I was born with a pretty rare genetic mutation (it sounds cooler than it is). The mutation caused me to have a physical disability called Arthrogryposis. Now not only is Arthrogryposis really hard to say, it also causes my joints and muscles not to move right.
Growing up I actually didn’t realize I had a disability. Not because I had no physical side effects (there were plenty) but because I lived in a small town where everyone just accepted it. Mentally I never had to come to terms with my limitations, simply because no one pointed them out.
I first noticed how different I was when my family moved to Ottawa. I entered a brand new elementary school where the children had never seen someone like me before. At this point in my life, I suffered from severe scoliosis which meant I had a huge hump on my back.
The feeling of alienation caused me to go through a time of anger. Not just the children who ridiculed me, but more at the world who wouldn’t accept me.
Every time I went out in public, all I could focus on were the direct stares from the people around me. I didn’t understand why they thought it was okay to look at my disfigured back.
Eventually, though I overcame most of this anger and just realized that I was made the way I was for a reason. The people who didn’t accept me became less and less important. The stares became simply explained as a harmless curiosity.
In 2008, I underwent surgery to improve my back. Though I would like to think my epiphany was more due to the fact that I was just simply tired of being angry.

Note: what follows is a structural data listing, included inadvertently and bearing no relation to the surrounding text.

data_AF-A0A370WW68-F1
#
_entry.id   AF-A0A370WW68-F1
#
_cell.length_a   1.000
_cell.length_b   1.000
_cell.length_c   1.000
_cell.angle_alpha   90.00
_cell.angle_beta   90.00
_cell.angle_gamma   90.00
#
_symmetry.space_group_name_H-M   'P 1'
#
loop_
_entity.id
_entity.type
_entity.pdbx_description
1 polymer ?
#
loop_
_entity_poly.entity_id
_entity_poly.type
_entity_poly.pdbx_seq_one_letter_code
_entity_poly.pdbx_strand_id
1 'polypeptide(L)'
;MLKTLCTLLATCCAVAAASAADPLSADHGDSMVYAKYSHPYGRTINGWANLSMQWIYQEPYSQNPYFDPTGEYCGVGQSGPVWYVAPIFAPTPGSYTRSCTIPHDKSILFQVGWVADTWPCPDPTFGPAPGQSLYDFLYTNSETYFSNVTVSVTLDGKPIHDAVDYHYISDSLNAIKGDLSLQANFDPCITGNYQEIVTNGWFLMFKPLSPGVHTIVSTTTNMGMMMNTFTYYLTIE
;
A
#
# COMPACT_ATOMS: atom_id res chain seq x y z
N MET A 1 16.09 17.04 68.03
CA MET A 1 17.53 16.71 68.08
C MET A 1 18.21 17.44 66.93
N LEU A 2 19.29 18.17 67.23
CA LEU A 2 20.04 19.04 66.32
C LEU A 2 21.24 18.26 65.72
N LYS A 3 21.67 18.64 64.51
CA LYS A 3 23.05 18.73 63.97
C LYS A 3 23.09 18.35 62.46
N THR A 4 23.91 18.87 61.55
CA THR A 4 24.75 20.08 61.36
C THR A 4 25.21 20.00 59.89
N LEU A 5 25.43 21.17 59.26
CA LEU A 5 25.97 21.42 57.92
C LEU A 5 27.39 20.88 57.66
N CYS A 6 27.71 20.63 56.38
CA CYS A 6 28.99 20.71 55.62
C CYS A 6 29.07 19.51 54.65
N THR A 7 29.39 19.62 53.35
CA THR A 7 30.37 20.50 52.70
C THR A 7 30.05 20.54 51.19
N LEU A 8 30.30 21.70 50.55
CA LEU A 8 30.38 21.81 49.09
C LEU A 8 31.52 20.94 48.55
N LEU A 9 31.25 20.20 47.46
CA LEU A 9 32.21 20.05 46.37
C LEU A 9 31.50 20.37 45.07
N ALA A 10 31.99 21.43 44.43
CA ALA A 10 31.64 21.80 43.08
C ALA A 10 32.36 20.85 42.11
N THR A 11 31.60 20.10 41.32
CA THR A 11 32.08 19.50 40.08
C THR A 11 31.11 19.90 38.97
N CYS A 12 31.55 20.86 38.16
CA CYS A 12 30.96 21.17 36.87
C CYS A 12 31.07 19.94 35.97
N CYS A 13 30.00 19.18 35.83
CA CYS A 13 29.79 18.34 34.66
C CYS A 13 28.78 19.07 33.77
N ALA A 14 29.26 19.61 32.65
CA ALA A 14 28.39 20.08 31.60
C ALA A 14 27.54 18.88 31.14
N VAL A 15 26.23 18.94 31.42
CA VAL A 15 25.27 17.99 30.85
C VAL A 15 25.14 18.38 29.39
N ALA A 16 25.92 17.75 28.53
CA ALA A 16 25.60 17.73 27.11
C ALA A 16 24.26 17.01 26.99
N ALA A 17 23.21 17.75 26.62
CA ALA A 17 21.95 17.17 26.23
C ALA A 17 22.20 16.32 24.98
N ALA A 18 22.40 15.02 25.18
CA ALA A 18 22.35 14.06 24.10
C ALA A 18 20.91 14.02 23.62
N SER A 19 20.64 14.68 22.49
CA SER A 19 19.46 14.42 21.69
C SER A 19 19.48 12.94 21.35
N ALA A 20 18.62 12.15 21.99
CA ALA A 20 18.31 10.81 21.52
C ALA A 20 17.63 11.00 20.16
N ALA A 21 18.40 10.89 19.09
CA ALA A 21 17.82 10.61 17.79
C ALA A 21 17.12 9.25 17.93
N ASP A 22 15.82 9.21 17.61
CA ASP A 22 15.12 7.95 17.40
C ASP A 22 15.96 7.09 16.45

More importantly, I was tired of hating the world and to an extent myself for things I couldn’t change.
I fully embraced my reality and was able to move on and be happy.
Presently I am a busy college student that deals with the stress of deadlines and getting good grades just like the next person.
I go through the daily motions I expect everyone else does. I wake up, get ready for school, make the commute, go to class, do work, commute home, study, watch Netflix and go to bed.
Some days are definitely better than others. Though I try to make the best of life through humour and a positive mindset.
Most days are pretty good. I do everything I need to with only a few moments of difficulty caused by my disability, I feel on top of it all.
Rarely though, I do have days where I feel completely bogged down by it.
On these days it’s mostly due to pain in my joints or back. The pain serves to be a constant reminder of my disability. I begin to resent the stares again and find myself being affected by them. Every struggle of the day is way more prominent than it normally would have been.
On these days I just want to roll over and not face the world, sometimes I do. Most of the time though I kick myself out of it. Telling myself, “Today is gonna be hard, but at the end of the day you can at least say you conquered something.”
Even though my abilities and challenges remained the same. I overcame the pain and old negative mindset. That victory helps me get through it all and just live my life.